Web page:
The IP address is the usual 4 numbers, as is the netmask. These values were covered in the first article in the series. A typical IP address and Netmask value would be and Remember that each PC on the network must have the same Netmask but separate IP address. Note that IP addresses for name servers and routers/gateways are entered in other screens.

The Net Device is normally eth0 for the first Ethernet adapter and eth1 for the second. The names are actually arbitrary but stick with these if you have no idea of what happens when you change them. The Net Device is simply the logical name by which a network interface will be known.

The Kernel Module is the hard part. It will be filled in if it was discovered by the Linux installation program. If a mouse is configured, then a list of available drivers can be presented by clicking on the down arrow on the right of the field. The list will be the same as the list of files in the network module directory. To find this directory look in the /lib/modules directory. There should be a single directory that matches the Linux distribution. This directory in turn has a list of module types as directories. The net directory has module files for network adapters. Each will have a file extension of .o as in ne.o.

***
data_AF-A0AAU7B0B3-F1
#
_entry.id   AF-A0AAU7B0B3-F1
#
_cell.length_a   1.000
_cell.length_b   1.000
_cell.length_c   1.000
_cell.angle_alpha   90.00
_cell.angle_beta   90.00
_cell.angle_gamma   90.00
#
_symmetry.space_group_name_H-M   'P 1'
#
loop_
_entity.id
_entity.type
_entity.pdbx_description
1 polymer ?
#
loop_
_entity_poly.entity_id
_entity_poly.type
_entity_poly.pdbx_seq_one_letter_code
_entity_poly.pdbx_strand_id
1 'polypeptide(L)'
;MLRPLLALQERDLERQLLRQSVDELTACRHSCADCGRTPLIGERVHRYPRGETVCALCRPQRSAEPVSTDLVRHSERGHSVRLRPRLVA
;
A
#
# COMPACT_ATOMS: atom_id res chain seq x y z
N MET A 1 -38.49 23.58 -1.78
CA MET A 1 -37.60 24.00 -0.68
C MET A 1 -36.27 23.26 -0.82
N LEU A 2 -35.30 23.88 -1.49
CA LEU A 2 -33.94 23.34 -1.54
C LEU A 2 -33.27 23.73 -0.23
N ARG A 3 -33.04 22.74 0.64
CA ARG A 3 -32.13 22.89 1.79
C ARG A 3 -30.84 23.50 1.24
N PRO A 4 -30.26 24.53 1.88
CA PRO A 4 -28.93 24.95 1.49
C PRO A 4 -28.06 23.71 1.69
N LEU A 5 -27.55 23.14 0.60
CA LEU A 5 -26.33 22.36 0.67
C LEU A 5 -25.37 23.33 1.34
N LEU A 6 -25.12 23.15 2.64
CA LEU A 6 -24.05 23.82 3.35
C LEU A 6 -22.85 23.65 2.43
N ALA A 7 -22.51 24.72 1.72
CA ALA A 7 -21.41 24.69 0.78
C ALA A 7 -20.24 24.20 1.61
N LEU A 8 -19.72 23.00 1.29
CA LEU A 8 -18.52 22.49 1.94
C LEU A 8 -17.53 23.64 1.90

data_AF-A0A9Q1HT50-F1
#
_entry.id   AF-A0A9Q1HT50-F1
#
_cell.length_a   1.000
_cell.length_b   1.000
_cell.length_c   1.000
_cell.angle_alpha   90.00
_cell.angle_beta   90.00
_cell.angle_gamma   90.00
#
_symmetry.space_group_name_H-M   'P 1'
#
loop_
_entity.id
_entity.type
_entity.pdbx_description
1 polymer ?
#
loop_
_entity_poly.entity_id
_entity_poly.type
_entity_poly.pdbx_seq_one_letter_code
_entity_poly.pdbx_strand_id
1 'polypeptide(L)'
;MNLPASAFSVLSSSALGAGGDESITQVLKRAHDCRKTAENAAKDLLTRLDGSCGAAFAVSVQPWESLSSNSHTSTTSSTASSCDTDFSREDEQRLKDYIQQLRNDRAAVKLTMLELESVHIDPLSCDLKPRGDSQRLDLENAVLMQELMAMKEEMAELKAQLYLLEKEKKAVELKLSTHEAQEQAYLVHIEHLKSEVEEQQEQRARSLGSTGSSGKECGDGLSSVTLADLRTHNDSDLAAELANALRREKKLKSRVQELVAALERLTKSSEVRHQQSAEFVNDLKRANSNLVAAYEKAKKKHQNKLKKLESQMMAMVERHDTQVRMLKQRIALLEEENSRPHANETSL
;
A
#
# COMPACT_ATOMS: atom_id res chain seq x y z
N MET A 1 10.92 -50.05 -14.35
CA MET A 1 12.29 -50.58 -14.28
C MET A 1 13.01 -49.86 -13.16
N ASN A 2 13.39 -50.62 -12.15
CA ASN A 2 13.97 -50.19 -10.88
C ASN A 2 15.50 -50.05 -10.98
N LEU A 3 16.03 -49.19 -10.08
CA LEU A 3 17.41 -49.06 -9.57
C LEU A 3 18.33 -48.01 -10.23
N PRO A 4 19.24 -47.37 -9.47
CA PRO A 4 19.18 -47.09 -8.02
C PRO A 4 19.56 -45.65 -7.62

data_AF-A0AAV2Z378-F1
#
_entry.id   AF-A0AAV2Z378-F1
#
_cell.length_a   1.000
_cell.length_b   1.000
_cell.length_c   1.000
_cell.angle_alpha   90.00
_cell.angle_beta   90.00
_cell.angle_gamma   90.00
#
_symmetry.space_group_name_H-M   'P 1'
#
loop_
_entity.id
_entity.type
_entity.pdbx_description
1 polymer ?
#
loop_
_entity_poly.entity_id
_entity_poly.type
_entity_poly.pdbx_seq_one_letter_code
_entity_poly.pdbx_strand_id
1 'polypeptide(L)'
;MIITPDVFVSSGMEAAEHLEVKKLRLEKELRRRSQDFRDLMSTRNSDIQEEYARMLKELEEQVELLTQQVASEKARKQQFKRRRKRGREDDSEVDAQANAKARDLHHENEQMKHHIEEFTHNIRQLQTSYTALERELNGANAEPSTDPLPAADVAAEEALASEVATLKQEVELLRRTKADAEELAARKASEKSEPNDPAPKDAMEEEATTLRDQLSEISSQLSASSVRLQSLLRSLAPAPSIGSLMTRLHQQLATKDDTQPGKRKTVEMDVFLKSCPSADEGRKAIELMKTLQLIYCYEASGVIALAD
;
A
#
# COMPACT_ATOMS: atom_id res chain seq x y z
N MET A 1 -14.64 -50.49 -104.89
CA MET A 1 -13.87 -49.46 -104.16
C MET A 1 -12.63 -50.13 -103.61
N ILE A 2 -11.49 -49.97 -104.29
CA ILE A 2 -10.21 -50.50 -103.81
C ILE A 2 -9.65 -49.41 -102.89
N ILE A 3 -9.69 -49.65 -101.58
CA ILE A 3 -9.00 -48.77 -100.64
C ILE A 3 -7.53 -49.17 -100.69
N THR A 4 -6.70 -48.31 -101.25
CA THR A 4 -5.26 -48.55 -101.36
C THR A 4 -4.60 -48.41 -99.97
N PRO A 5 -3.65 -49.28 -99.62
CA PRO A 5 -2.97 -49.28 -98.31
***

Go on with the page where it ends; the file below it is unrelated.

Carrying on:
The trick is to find the matching network adapter module in the directory or copy the proper module into the directory. Third-party modules or updated modules can be found on the Internet, or may be provided on a driver diskette that comes with the network adapter.

The name of the module, less the file extension, can then be entered in this field. The I/O port may be required if the driver cannot discover this automatically. This is often the case for ISA network adapters, in which case you need to read the documentation to discover how to set the I/O port. The value is normally entered in hexidecimal as in 0x3A0.

Problems can arise if the driver is old or incorrect, if the wrong driver is used, or if the wrong I/O port number is included.

Multiple network adapters can be set up using this procedure, and may be different network adapters from different vendors. In this case the Kernel Module fields will be different. If multiple network adapters of the same type are used then you may have to differentiate them using the I/O port. This is typically done with ISA adapters. PCI adapters will automatically be recognized and assigned in a first-come-first-served order. You will need to determine which adapter matches eth0, eth1, etc.

When finished, accept the changes by clicking on the button with the mouse (or selecting it using the Tab key and then pressing the Enter key). You may want to configure other items like name servers and gateway IP addresses at this point. Finally, click on Quit until you see the Activate Changes selection. Select this and press Enter to save the changes and get out of linuxconf.

Next, reboot. During the boot process, each network adapter should show up in the startup display. Some Linux distributions hide most of the status information but show the adapter name and whether it loaded or failed to load. Extensive debugging of network adapter problems is beyond the scope of this article, but the Internet is generally a great place for finding people with similar problems and solutions.